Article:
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Meet The Team: England - UK

John Lea: Regional Representative for Shropshire

John Lea, MCS International Regional Representative, Shropshire, England, UK. The Chemical Connection:  I am hypersensitive to phenolic and quaternary ammonium biocides, cationic surfactants (which are also quaternary ammonium compounds) and to artificial fragrances. Since almost all cosmetic, washing and cleaning products contain at least one of these I have had to completely cut myself off from society.

A growing number of both men and women wear deodorants, perfume or after-shave containing these fragrances. Any contact with them, or the air they have moved through, makes me very ill with severe asthma, rhinitis, muscle fatigue and other flu-like symptoms lasting for days after each exposure. Even those who don't deliberately wear fragrances wash their clothes in modern detergents and use fabric conditioners (cationic surfactants). These linger on their clothing for weeks. Public buildings and transport are contaminated by the air polluted by these people's presence and they are cleansed using products containing surfactants, biocides and fragrances. Most houses are either cleaned with products containing these chemicals, or have structures, furniture, carpets, curtains, etc which exude chemicals I am sensitive to. Hospitals are the worst of all. I worked in them for 30 years and I know this is where my sensitivities came from. I dare not think what will happen when I inevitably need to go into one for treatment.

I first started suffering symptoms around 25 years ago and remained undiagnosed for 10 years after that, with various wrong diagnoses of ME, depression, asthma and MS - you know the score. However, an occupational health physician proved I was hypersensitive to benzalkonium chloride and even published a paper on the subject. So I am in the enviable posession of an actual diagnosis of chemical sensitivity!! My GP believes I have genuine symptoms but can't offer any treatment. I visit him once a year mainly for his benefit. I stand outside until he can see me. The waiting room is full of fragrances from the receptionists and other patients. Who else becomes more ill after visiting their GP? When my mother was dying I couldn't visit her in hospital and I didn't go to her funeral. How cruel is that? One of my daughters lives on a housing estate. Visiting her and my grandchildren makes me ill. I may have to accept that I will need to stop seeing them soon. Thankfully my other daughter has moved into an old house in the country which can be reached without driving through towns or on busy roads.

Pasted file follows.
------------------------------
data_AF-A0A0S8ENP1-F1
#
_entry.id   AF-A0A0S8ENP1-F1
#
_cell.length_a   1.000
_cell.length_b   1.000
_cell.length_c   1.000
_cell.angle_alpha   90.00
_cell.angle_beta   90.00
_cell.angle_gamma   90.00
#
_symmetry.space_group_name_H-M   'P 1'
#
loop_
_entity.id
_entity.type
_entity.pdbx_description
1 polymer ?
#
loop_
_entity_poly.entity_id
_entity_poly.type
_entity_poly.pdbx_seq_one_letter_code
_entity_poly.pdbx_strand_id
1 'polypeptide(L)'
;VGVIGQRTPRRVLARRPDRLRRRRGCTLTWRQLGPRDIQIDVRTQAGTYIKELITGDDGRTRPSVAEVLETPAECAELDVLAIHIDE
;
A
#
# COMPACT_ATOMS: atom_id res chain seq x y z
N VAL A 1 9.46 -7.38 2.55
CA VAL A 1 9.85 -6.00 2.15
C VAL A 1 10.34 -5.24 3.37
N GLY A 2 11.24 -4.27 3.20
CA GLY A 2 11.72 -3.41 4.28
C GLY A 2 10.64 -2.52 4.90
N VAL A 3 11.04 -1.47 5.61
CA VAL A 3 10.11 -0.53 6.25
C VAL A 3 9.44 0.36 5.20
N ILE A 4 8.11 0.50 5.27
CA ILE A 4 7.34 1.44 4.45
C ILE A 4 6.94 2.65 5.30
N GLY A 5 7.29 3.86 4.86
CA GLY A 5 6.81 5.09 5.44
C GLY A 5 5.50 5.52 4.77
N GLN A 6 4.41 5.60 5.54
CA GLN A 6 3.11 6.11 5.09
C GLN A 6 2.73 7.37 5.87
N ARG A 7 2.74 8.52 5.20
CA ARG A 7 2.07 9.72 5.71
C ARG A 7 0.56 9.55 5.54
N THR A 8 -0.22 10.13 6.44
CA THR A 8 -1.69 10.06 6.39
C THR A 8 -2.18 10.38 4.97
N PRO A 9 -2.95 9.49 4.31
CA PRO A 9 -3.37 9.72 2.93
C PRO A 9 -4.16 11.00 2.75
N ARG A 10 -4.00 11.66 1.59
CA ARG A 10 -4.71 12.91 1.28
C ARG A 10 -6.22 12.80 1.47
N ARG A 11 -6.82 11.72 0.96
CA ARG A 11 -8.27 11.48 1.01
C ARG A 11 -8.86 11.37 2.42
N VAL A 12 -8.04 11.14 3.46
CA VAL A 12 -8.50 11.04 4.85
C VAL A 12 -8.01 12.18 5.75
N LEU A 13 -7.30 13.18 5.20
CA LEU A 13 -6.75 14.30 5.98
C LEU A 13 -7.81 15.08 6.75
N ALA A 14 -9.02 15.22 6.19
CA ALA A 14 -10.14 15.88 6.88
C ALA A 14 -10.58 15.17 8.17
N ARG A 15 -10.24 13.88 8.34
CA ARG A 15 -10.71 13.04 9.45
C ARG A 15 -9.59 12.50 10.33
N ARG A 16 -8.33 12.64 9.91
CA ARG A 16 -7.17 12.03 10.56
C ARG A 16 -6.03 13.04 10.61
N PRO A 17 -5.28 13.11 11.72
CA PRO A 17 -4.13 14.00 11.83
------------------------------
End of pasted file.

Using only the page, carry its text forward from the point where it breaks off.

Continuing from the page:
Background Information:  I was born in 1943 and am a retired hospital pharmacist. Apart from my pharmacy degree I also studied for a degree in Maths and Computing at the Open University. Since taking early retirement on the grounds of ill health in 1996 I now work part time designing and programming specialist bespoke software for use in hospital pharmacy. This I can do without any personal contact with my clients - I communicate by telephone or e-mail and send the software on CDs or over the Internet. My main program 'DataComp' calculates the nutritional requirements of very ill patients being fed intravenously, assembles a list of ingredients to supply these requirements, prints documentation and records their treatment and progress. It is used in over 80 hospitals in the UK and Ireland.

I'm currently staying with family and my symptoms have decreased massively whilst I've stayed away from my toxic house. I feel a great deal better on the whole, although my health is still up and down. I continue to be dogged by a high degree of sensitivity that I had not experienced before living at the renovated house, most noticeably to traffic fumes. I often wear a carbon filter mask in the car or when I spend time at my house.